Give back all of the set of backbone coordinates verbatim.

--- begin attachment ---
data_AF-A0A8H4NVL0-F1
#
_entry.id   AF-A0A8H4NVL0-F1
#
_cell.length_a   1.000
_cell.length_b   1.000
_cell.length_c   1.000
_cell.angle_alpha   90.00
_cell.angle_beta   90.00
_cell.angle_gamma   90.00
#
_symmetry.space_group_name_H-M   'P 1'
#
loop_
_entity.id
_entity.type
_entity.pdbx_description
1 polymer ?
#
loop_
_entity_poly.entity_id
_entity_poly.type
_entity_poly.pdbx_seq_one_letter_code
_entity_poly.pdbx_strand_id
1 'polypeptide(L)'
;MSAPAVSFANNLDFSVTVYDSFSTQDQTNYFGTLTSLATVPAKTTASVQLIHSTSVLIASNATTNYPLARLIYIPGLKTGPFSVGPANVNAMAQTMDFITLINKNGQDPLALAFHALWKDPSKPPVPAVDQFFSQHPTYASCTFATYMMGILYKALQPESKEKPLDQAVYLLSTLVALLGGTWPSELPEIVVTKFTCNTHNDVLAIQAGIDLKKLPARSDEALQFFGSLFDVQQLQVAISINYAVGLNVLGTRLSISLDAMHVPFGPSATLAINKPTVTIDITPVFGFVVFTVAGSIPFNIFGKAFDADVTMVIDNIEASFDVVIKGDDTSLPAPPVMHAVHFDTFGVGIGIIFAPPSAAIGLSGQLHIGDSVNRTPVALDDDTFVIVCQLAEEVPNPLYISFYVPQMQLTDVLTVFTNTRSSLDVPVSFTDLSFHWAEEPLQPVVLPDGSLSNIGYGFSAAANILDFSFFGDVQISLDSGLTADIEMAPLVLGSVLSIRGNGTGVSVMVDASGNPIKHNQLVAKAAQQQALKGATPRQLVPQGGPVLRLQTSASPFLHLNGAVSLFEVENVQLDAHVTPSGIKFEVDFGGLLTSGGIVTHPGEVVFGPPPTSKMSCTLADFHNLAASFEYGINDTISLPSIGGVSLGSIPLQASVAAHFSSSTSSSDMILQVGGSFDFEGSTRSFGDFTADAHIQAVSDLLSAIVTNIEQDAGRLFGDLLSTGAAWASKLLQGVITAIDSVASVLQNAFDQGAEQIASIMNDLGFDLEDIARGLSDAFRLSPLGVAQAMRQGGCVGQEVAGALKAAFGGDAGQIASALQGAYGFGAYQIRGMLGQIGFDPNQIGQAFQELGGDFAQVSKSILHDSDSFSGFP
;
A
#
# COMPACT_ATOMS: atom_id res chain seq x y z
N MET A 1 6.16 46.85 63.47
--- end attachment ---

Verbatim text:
data_AF-A0A8H4NVL0-F1
#
_entry.id   AF-A0A8H4NVL0-F1
#
_cell.length_a   1.000
_cell.length_b   1.000
_cell.length_c   1.000
_cell.angle_alpha   90.00
_cell.angle_beta   90.00
_cell.angle_gamma   90.00
#
_symmetry.space_group_name_H-M   'P 1'
#
loop_
_entity.id
_entity.type
_entity.pdbx_description
1 polymer ?
#
loop_
_entity_poly.entity_id
_entity_poly.type
_entity_poly.pdbx_seq_one_letter_code
_entity_poly.pdbx_strand_id
1 'polypeptide(L)'
;MSAPAVSFANNLDFSVTVYDSFSTQDQTNYFGTLTSLATVPAKTTASVQLIHSTSVLIASNATTNYPLARLIYIPGLKTGPFSVGPANVNAMAQTMDFITLINKNGQDPLALAFHALWKDPSKPPVPAVDQFFSQHPTYASCTFATYMMGILYKALQPESKEKPLDQAVYLLSTLVALLGGTWPSELPEIVVTKFTCNTHNDVLAIQAGIDLKKLPARSDEALQFFGSLFDVQQLQVAISINYAVGLNVLGTRLSISLDAMHVPFGPSATLAINKPTVTIDITPVFGFVVFTVAGSIPFNIFGKAFDADVTMVIDNIEASFDVVIKGDDTSLPAPPVMHAVHFDTFGVGIGIIFAPPSAAIGLSGQLHIGDSVNRTPVALDDDTFVIVCQLAEEVPNPLYISFYVPQMQLTDVLTVFTNTRSSLDVPVSFTDLSFHWAEEPLQPVVLPDGSLSNIGYGFSAAANILDFSFFGDVQISLDSGLTADIEMAPLVLGSVLSIRGNGTGVSVMVDASGNPIKHNQLVAKAAQQQALKGATPRQLVPQGGPVLRLQTSASPFLHLNGAVSLFEVENVQLDAHVTPSGIKFEVDFGGLLTSGGIVTHPGEVVFGPPPTSKMSCTLADFHNLAASFEYGINDTISLPSIGGVSLGSIPLQASVAAHFSSSTSSSDMILQVGGSFDFEGSTRSFGDFTADAHIQAVSDLLSAIVTNIEQDAGRLFGDLLSTGAAWASKLLQGVITAIDSVASVLQNAFDQGAEQIASIMNDLGFDLEDIARGLSDAFRLSPLGVAQAMRQGGCVGQEVAGALKAAFGGDAGQIASALQGAYGFGAYQIRGMLGQIGFDPNQIGQAFQELGGDFAQVSKSILHDSDSFSGFP
;
A
#
# COMPACT_ATOMS: atom_id res chain seq x y z
N MET A 1 6.16 46.85 63.47